About this product
Part Number: 9781493910434
Choosing and Using Astronomical Filters
Authors: Griffiths, Martin
- Provides an in-depth look at the telescope accessories known as astronomical filters
- Includes the history of different types of filters, their uses and specialist techniques
- Features a basic guide to using Adobe Photoshop to further enhance images
- Includes an observational guide to 100 astronomical objects that you can see better with filters, personally imaged by the author
As a casual read through any of the major amateur astronomical magazines will demonstrate, there are filters available for all aspects of optical astronomy. This book provides a ready resource on the use of the following filters, among others, for observational astronomy or for imaging:
Light pollution filters
Neutral density filters for Moon observation
Deep-sky filters, for such objects as galaxies, nebulae and more
Deep-sky objects can be imaged in much greater detail than was possible many years ago. Amateur astronomers can take photographs that rival those of professional observatories! The ability to do this has been brought about by the revolution in CCD cameras and improved filters.
The book pinpoints which astronomical objects are best observed with which filters. Post-processing (using Photoshop) is also discussed, since it is helpful in further improving filtered astro images.
The last part of the book is an observational guide to 100 deep sky objects that benefit from the use of filters – all personally observed by the author – with notes on the filters used (or potentially of use) in their observation and imaging. There are also notes on their celestial coordinates, magnitudes and other pertinent information.
About the authors
Dr. Martin Griffiths from the UK, is an enthusiastic observer, science communicator, and professional astronomer who utilizes astronomy, history, and science fiction as tools to encourage greater public understanding of science. He is Senior Lecturer in Astronomy at the University of Glamorgan in Wales. To promote public interest in the night sky he has written an observational guide entitled “Alien Worlds” (University of Glamorgan Press, 2004), and contributes articles on varied astronomical topics for popular magazines. His observational abilities have resulted in him being honored with awards on the Messier and Herschel objects by the Astronomical League. He is the recipient of the Astrobiology Society of Britain's Public Engagement Award.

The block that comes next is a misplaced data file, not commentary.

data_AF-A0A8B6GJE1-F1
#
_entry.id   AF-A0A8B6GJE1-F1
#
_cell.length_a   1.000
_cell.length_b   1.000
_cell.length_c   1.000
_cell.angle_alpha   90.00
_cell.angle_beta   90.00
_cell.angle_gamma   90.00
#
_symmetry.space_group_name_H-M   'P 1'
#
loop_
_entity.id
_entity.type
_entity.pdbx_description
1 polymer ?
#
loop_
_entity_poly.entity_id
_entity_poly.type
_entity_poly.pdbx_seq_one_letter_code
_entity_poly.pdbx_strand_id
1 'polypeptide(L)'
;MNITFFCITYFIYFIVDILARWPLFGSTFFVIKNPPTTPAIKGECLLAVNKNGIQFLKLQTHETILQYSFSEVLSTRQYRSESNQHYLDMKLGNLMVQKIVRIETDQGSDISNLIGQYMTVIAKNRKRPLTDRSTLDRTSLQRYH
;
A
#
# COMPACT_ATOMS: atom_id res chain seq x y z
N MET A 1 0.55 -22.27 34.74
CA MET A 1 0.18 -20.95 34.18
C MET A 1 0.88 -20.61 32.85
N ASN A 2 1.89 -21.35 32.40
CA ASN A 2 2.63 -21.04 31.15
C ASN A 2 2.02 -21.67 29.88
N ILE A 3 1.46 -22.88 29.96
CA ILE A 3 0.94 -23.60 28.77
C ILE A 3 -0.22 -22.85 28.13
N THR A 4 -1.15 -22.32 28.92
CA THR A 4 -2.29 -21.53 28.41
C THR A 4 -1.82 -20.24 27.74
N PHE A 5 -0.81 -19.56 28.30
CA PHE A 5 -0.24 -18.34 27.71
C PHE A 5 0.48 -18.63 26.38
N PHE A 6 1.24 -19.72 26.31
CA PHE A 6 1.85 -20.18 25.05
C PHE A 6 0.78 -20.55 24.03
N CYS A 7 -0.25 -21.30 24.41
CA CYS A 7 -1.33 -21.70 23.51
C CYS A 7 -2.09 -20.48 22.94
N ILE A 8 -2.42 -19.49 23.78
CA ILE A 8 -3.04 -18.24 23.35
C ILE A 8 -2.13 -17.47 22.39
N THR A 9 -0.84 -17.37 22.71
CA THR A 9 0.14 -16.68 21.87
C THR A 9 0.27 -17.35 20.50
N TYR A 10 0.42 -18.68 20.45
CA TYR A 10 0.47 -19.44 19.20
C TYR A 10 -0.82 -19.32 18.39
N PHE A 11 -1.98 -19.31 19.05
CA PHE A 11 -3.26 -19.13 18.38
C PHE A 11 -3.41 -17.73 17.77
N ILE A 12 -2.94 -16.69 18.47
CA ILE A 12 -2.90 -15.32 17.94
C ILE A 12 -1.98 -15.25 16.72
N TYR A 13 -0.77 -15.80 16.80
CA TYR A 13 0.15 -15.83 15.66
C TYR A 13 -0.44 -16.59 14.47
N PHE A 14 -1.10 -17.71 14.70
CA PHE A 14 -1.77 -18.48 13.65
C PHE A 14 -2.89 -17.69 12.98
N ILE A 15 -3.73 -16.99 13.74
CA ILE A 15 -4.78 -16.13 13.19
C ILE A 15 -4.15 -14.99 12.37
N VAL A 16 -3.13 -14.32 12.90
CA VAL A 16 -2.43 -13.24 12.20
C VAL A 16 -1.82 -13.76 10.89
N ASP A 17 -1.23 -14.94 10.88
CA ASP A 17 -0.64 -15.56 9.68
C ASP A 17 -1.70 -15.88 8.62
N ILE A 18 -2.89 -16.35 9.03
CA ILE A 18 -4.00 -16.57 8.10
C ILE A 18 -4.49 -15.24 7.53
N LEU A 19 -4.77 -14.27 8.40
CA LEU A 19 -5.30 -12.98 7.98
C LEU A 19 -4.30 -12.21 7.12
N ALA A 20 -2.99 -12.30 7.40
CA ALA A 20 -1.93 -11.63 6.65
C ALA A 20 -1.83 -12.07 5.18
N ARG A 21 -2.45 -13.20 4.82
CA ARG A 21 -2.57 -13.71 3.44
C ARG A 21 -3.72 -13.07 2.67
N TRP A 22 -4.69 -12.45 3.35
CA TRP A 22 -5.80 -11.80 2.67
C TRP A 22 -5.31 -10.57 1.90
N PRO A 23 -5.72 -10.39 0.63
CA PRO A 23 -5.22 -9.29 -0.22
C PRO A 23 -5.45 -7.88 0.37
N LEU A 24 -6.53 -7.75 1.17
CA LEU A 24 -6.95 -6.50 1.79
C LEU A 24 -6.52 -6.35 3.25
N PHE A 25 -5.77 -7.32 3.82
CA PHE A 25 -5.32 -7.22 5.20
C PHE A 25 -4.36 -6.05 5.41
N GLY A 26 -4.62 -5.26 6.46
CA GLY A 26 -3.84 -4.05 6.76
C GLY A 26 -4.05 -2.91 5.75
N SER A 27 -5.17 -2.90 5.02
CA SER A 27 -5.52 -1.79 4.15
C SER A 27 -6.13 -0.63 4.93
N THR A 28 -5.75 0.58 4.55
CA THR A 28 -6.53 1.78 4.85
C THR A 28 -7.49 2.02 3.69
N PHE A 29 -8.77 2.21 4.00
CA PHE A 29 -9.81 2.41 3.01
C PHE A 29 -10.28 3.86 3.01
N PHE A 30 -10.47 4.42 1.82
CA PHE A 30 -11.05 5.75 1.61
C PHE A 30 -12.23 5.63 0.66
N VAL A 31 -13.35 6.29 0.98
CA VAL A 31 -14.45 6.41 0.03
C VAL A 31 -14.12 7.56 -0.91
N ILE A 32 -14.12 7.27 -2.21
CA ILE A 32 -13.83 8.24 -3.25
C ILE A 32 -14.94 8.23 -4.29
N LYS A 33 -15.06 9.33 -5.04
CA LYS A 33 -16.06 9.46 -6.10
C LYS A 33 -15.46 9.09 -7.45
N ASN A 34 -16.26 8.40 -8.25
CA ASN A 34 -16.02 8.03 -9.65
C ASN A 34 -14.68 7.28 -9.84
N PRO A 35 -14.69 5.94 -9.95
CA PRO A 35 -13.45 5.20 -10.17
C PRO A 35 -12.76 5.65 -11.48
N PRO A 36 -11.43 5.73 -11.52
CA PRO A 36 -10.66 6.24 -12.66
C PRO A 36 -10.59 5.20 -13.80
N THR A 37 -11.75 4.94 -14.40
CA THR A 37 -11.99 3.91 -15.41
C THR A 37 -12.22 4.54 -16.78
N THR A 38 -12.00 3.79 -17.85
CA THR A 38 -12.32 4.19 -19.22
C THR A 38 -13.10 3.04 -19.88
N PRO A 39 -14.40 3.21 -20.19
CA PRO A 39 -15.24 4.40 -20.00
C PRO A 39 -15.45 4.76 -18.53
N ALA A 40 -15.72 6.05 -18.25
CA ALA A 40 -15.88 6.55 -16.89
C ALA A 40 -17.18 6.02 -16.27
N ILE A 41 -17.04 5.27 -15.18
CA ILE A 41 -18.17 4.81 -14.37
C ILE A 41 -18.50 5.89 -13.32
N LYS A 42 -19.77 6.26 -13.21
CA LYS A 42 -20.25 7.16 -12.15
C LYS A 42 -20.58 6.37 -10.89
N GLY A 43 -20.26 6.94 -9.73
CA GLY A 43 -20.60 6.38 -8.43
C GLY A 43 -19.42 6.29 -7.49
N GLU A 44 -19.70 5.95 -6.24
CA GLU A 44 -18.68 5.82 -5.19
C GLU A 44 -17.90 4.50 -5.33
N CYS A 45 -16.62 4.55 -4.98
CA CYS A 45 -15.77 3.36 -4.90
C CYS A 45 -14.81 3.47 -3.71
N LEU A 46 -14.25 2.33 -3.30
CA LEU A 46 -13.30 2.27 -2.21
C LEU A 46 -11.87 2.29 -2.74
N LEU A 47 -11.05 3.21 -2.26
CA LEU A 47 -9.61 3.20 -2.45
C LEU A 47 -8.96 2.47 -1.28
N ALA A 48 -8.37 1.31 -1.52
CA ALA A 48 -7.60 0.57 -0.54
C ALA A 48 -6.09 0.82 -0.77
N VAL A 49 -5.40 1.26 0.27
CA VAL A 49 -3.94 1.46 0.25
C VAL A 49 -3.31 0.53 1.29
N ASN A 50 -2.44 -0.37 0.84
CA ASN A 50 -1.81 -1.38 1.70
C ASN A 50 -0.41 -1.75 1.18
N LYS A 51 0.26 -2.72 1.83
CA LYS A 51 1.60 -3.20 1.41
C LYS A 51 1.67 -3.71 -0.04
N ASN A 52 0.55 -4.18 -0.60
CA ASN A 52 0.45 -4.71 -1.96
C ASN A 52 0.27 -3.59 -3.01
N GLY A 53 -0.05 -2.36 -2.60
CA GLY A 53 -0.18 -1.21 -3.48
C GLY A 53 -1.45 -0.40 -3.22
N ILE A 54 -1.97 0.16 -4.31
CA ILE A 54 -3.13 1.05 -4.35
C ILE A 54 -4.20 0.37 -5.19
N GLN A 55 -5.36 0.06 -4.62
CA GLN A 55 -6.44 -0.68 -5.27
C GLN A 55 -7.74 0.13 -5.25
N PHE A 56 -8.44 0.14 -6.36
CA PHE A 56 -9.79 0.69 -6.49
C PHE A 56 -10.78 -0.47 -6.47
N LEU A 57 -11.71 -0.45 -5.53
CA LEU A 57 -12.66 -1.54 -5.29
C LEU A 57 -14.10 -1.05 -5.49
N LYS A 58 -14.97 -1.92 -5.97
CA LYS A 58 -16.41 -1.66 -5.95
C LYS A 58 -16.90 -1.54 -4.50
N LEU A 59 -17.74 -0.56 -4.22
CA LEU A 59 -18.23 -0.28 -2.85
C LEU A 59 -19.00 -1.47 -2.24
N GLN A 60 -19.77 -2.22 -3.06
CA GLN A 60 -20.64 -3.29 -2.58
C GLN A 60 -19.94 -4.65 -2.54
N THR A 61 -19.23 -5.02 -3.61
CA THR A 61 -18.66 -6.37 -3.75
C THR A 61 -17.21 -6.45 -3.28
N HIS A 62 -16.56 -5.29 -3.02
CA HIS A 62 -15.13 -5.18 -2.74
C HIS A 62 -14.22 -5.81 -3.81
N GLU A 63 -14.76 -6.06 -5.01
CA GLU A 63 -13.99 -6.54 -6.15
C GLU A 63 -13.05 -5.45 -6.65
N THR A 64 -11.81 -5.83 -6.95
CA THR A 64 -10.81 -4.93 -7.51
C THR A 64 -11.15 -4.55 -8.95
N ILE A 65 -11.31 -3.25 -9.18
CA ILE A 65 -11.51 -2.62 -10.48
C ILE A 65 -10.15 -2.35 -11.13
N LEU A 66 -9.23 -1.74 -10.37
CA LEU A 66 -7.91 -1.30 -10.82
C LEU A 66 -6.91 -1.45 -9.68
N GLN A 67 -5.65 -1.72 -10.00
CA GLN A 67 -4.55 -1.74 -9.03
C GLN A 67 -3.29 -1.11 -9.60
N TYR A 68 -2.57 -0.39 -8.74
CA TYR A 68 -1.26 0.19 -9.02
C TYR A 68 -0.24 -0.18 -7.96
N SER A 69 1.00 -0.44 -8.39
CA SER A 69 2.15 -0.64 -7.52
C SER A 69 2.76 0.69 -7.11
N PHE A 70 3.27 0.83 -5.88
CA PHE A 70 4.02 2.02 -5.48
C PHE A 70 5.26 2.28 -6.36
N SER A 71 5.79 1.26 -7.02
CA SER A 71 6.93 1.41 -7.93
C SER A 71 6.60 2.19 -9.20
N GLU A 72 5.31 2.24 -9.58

Martin was a founding member of NASA’s Astrobiology Institute Science Communication Group, active between 2003-2006 and managed a multi-million pound ESF program in Astrobiology for adult learners between 2003-2008. He continues to promote cross-disciplinary links between science and culture that reflect his educational background and interests. He is an avid astronomer and is a Fellow of the Royal Astronomical Society; a member of the British Astronomical Association; the Webb Deep-Sky Society; the Society for Popular Astronomy and the Astronomical League. He is also the local representative for the British Astronomical Association’s Campaign. He has recently published “Planetary Nebulae and How to Observe Them” (Springer, 2012).
“The book covers light pollution filters, planetary filters, solar filters, ND filters for lunar observing and the range of filters for Deep sky imaging. … Overall this is a very nice book, and the first one that concentrates solely on filters. The most useful part of this book for me is the list of objects and what filters work best on that object.” (astronomylog.co.uk, February, 2015)
|Average Rating (1 Review): |Visual and Astrophotography
Friday, 13 July 2018 | Martin
As a visual observer only, I was a little disappointed with this book, I assumed the author would be more intersted in the AP side and this was confirmed. The visual stuff mainly centred around using coloured filters on planetary observation which few amatuers rate these days. The write cups on Moon filters was brief and straight to the point. However, there was nothing on UHC, OIII, Hb or LPR filters for visual use, all of which have become popular with amatuer observers recently (the book was published in 2015), instead the author saved these items for the AP part of the book, helpful, but not ideal. Visual filters also includes solar viewing. A section on telescopes and their types was completely out of place in my opinion.
The book is divided into two parts, roughly 100 pages on visual, 155on AS including processing in Photoshop and a list of targets (incl. photos) and their matching filter suggestions.
For me I would have liked more in recommendations but nothing is discussed on the best items to buy. For me, I hoped this might be agood companion to Bill Paolini's brilliant book 'Chosing and Using Astronomical Eyepieces', but sadly, the author has nothing of the directness and immediacy of Bill's and forthright style.
If you know nothing about astronomical filters then this book is a good starting point, but for intermediate and advanced observers in my opinion this book does not cut the ice.
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